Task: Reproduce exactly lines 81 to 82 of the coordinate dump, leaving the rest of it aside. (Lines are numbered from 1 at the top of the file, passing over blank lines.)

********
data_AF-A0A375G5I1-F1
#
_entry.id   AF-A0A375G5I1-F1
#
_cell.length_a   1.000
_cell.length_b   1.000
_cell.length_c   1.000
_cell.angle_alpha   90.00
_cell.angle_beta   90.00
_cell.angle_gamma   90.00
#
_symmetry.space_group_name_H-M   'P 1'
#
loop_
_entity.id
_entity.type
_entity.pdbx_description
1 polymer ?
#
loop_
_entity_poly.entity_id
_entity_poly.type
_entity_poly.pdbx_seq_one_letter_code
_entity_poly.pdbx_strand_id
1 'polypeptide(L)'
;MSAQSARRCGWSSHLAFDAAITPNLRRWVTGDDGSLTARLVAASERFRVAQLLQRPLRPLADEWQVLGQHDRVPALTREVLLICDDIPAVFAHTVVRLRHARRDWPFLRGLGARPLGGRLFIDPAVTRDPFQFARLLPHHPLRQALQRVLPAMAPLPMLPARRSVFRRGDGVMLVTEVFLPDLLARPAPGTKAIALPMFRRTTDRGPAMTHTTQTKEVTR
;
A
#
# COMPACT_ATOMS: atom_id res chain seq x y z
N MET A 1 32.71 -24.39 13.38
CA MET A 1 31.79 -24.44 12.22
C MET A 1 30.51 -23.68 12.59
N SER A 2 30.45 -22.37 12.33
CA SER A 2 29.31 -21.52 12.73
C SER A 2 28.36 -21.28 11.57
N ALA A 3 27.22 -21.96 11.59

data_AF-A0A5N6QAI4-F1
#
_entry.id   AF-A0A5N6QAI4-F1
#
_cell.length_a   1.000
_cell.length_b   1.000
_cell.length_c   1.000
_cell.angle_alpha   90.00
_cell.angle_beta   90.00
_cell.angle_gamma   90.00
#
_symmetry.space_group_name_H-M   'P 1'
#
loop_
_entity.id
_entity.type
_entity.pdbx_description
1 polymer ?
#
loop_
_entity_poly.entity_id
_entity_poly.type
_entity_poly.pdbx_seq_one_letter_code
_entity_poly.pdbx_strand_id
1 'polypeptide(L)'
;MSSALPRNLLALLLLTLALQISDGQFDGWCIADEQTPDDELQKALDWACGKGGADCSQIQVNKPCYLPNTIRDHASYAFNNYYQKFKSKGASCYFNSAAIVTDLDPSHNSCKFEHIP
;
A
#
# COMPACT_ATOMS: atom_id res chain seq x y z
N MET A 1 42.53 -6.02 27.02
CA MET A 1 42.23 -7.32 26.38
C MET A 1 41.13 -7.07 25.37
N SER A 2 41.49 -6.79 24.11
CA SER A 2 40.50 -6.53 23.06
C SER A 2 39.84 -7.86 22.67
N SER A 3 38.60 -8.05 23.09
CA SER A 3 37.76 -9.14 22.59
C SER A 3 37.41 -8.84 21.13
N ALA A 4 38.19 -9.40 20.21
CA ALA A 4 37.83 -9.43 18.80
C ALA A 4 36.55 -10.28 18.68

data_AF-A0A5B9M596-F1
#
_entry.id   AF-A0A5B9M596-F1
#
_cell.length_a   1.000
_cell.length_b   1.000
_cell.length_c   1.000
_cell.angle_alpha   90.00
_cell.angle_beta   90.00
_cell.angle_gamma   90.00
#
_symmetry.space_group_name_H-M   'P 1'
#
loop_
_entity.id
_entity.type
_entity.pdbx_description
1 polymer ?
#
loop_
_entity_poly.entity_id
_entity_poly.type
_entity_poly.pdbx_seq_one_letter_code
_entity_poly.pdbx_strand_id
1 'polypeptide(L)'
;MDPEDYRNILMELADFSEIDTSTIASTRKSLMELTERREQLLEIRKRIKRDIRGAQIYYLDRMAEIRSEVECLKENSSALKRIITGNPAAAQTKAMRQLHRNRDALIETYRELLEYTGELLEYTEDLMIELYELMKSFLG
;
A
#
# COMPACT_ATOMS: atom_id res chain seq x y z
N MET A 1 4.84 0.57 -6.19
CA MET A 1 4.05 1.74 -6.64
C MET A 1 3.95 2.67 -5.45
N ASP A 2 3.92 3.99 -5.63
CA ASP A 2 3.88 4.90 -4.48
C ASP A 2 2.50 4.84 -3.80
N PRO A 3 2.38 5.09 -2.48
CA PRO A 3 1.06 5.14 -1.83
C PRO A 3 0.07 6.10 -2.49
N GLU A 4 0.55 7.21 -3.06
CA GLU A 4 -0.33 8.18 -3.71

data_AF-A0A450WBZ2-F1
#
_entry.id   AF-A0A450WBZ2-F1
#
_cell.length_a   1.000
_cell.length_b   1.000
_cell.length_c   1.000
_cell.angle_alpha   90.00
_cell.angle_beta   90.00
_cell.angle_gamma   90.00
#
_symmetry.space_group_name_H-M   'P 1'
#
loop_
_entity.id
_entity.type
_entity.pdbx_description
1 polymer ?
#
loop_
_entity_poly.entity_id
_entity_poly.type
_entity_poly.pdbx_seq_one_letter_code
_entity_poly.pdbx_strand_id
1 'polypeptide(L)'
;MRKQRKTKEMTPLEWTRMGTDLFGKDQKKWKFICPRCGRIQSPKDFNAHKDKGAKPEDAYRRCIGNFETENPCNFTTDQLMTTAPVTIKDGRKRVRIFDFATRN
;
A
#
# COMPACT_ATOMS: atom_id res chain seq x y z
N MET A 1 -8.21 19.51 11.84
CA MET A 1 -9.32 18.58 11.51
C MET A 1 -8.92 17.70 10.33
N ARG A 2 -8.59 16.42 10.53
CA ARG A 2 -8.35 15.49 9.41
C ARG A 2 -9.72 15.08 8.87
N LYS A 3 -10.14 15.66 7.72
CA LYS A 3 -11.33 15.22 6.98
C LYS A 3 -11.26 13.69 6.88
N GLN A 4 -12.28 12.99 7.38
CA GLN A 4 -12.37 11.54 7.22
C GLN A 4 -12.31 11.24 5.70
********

#
_entry.id   AF-A0A5B9M596-F1